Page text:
Police in El Salvador

El Salvador's police reportedly killed 346 gang members in violent confrontations so far this year, once again raising concerns that the country's bellicose security strategy is leading to widespread human rights abuses.

Howard Cotto, director of El Salvador's National Civil Police (Policía Nacional Civil - PNC), said police supported by soldiers killed the 346 suspected gang members in an equal number of confrontations since the beginning of 2016, reported El Mundo. That averages out to 2.2 confrontations -- and slain gang members -- per day.

Cotto did not specify how many members of the security forces died in those confrontations. However other reports indicate that suspected gang members had killed a total of 16 police officers by April 12 of this year, and many of those officers were killed while off duty, outside of the operations referenced by the police director. 

The number of confrontations have increased in recent weeks following the deployment of combined police and military forces in a special unit tasked with hunting down gang members who have reportedly moved to rural areas to avoid tightened security in major cities. Most of the confrontations Cotto referred to have taken place in rural areas, El Mundo reported.

InSight Crime Analysis

The large number of gang members killed and the disproportionately low number of officers being shot in those operations raises serious questions about the circumstances in which the deaths occurred. Across Latin America, from Mexico to Venezuela and Brazil, the term "confrontation" is used to explain lopsided body counts and cover up human rights abuses by the security forces. 

The government's ongoing crackdown has raised similar concerns about El Salvador, where there are already well-documented cases of extrajudicial killings by police officers. In a March 2015 case, PNC officers reported having killed eight criminals in an exchange of gunfire at a coffee farm known as San Blas. An investigation by Salvadoran news outlet El Faro found that the "criminals," who included a woman and two minors, had been summarily executed and that their bodies had been repositioned to support the police's version of events. 

SEE ALSO: El Salvador News and Profiles

Salvadoran officials' militarization of the fight against gangs, both materially and rhetorically, may be contributing to more aggressive action by an emboldened public force. In January 2015, for example, then-PNC Director -- and current Security minister -- Mauricio Ramirez Landaverde told his officers they should feel "complete confidence" when using their weapons against criminals. 

Investigations

  • 1
  • 2
  • 3
  • 4
  • 5
  • 6
  • 7
  • 8
  • 9
Prev Next

Counting Firearms in Honduras

Counting Firearms in Honduras

Estimates vary widely as to how many legal and illegal weapons are circulating in Honduras. There are many reasons for this. The government does not have a centralized database that tracks arms seizures, purchases, sales and other matters concerning arms possession, availability and merchandising. The laws surrounding...

InSide Colombia's BACRIM: Power

InSide Colombia's BACRIM: Power

  The Bajo Cauca Franchise BACRIM-Land Armed Power Dynamics The BACRIM in places like the region of Bajo Cauca are a typical manifestation of Colombia's underworld today: a semi-autonomous local cell that is part of a powerful national network.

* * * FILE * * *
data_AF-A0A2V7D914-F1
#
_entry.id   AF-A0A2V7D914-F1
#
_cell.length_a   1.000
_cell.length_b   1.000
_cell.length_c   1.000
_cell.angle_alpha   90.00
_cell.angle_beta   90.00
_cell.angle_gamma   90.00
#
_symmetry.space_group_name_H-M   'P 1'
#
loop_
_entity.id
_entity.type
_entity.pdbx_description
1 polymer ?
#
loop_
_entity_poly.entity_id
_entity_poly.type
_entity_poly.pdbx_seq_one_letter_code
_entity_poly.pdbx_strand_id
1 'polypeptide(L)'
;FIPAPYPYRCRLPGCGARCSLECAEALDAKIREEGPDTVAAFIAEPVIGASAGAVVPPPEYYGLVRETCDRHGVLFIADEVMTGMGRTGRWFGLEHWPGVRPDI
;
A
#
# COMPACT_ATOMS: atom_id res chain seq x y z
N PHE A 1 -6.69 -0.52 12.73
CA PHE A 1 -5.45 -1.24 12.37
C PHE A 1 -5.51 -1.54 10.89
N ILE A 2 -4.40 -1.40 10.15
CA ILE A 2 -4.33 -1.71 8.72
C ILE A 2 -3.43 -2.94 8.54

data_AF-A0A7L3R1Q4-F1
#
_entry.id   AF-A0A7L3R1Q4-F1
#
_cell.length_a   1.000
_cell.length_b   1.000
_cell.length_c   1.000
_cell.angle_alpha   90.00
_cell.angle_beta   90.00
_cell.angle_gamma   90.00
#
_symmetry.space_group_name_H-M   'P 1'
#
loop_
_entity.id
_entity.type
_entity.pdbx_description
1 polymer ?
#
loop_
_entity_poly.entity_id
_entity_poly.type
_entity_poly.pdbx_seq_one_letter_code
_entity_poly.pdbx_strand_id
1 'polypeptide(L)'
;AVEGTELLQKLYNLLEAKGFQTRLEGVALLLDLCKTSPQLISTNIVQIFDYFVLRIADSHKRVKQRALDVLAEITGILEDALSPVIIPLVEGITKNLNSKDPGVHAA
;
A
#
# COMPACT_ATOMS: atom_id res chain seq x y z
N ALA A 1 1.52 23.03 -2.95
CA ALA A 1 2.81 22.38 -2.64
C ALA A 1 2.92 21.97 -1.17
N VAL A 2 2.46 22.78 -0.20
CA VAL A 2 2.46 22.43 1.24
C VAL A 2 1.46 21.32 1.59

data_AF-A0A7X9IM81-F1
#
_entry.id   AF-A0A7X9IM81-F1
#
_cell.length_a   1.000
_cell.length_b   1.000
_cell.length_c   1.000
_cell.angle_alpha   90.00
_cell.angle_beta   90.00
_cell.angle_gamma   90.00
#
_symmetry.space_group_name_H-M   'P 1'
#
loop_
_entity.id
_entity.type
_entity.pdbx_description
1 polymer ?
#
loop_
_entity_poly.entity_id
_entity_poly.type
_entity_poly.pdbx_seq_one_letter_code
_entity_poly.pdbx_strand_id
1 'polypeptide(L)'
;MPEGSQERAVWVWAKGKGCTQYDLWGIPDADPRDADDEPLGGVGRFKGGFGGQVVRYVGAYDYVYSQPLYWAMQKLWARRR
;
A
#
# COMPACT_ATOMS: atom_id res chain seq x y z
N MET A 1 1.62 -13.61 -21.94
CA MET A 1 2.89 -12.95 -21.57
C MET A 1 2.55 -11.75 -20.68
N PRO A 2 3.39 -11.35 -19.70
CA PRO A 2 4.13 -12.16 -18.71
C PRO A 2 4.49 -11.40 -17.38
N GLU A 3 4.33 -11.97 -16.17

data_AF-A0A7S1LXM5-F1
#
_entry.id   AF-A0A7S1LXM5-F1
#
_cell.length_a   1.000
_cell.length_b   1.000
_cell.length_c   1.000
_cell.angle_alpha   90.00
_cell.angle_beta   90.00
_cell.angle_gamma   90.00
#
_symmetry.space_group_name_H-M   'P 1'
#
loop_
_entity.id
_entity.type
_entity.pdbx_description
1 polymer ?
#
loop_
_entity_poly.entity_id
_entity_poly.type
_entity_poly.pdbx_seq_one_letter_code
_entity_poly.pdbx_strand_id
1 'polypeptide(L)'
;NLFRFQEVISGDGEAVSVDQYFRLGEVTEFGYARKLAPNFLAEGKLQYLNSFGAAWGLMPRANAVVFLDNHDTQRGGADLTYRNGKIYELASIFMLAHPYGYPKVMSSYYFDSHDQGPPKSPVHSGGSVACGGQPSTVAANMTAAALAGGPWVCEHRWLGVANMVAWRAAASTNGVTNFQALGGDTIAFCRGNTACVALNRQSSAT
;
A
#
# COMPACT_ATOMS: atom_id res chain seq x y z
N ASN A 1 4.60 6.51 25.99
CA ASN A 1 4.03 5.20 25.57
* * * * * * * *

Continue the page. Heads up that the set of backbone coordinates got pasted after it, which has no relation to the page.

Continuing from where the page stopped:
Closing the Gaps on Firearms Trafficking in Honduras

Closing the Gaps on Firearms Trafficking in Honduras

As set out in this report, the legal structure around Honduras' arms trade is deeply flawed. The legislation is inconsistent and unclear as to the roles of different institutions, while the regulatory system is insufficiently funded, anachronistic and administered by officials who are overworked or susceptible to...

Trafficking Firearms in Honduras

Trafficking Firearms in Honduras

The weapons trade within Honduras is difficult to monitor. This is largely because the military, the country's sole importer, and the Armory, the sole salesmen of weapons, do not release information to the public. The lack of transparency extends to private security companies, which do not have...

InSide Colombia's BACRIM: Murder

InSide Colombia's BACRIM: Murder

  Life of a Sicario Anatomy of a Hit   The BACRIM's control over territories such as the north Colombian region of Bajo Cauca comes at the point of a gun, and death is a constant price of their power.

Homicides in Guatemala: Introduction, Methodology, and Major Findings

Homicides in Guatemala: Introduction, Methodology, and Major Findings

When violence surged in early 2015 in Guatemala, then-President Otto Pérez Molina knew how to handle the situation: Blame the street gangs. 

InSide Colombia's BACRIM: Money

InSide Colombia's BACRIM: Money

  Drugs Extortion Criminal Cash Flows Millions of dollars in dirty money circulate constantly around Bajo Cauca, flowing upwards and outwards from a broad range of criminal activities. The BACRIM are the chief regulators and beneficiaries of this shadow economy.

Nariño, Colombia: Ground Zero of the Cocaine Trade

Nariño, Colombia: Ground Zero of the Cocaine Trade

The department of Nariño in southwest Colombia is the main coca-producing area in the country and in the world. It is a place scarred by poverty and years of armed conflict between guerrillas, the state and paramilitary groups. Perhaps nowhere else in the country are the challenges...

Trafficking Firearms Into Honduras

Trafficking Firearms Into Honduras

Honduras does not produce weapons,[1] but weapons are trafficked into the country in numerous ways. These vary depending on weapon availability in neighboring countries, demand in Honduras, government controls and other factors. They do not appear to obey a single strategic logic, other than that of evading...